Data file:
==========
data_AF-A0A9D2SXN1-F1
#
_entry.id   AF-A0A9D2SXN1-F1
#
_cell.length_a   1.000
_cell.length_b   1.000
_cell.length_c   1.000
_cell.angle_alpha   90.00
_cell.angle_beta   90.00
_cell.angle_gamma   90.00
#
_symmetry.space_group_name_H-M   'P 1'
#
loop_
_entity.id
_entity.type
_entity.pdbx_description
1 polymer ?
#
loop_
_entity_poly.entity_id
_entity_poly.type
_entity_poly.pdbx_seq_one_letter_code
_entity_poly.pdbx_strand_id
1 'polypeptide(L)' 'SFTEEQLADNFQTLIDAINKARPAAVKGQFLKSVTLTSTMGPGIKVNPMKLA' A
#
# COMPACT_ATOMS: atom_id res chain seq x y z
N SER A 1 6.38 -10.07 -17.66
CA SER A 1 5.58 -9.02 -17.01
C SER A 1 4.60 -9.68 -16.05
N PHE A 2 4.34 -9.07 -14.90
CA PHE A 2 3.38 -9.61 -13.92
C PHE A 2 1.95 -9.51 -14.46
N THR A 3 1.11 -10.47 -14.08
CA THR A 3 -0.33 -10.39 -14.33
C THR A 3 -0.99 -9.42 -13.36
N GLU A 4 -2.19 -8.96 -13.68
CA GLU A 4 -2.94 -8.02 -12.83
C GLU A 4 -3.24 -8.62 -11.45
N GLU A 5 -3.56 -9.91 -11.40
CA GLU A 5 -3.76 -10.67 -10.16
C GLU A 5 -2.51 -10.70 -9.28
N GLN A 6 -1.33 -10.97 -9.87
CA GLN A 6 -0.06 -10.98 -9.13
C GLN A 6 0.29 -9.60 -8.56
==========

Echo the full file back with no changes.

data_AF-A0A9D2SXN1-F1
#
_entry.id   AF-A0A9D2SXN1-F1
#
_cell.length_a   1.000
_cell.length_b   1.000
_cell.length_c   1.000
_cell.angle_alpha   90.00
_cell.angle_beta   90.00
_cell.angle_gamma   90.00
#
_symmetry.space_group_name_H-M   'P 1'
#
loop_
_entity.id
_entity.type
_entity.pdbx_description
1 polymer ?
#
loop_
_entity_poly.entity_id
_entity_poly.type
_entity_poly.pdbx_seq_one_letter_code
_entity_poly.pdbx_strand_id
1 'polypeptide(L)' 'SFTEEQLADNFQTLIDAINKARPAAVKGQFLKSVTLTSTMGPGIKVNPMKLA' A
#
# COMPACT_ATOMS: atom_id res chain seq x y z
N SER A 1 6.38 -10.07 -17.66
CA SER A 1 5.58 -9.02 -17.01
C SER A 1 4.60 -9.68 -16.05
N PHE A 2 4.34 -9.07 -14.90
CA PHE A 2 3.38 -9.61 -13.92
C PHE A 2 1.95 -9.51 -14.46
N THR A 3 1.11 -10.47 -14.08
CA THR A 3 -0.33 -10.39 -14.33
C THR A 3 -0.99 -9.42 -13.36
N GLU A 4 -2.19 -8.96 -13.68
CA GLU A 4 -2.94 -8.02 -12.83
C GLU A 4 -3.24 -8.62 -11.45
N GLU A 5 -3.56 -9.91 -11.40
CA GLU A 5 -3.76 -10.67 -10.16
C GLU A 5 -2.51 -10.70 -9.28
N GLN A 6 -1.33 -10.97 -9.87
CA GLN A 6 -0.06 -10.98 -9.13
C GLN A 6 0.29 -9.60 -8.56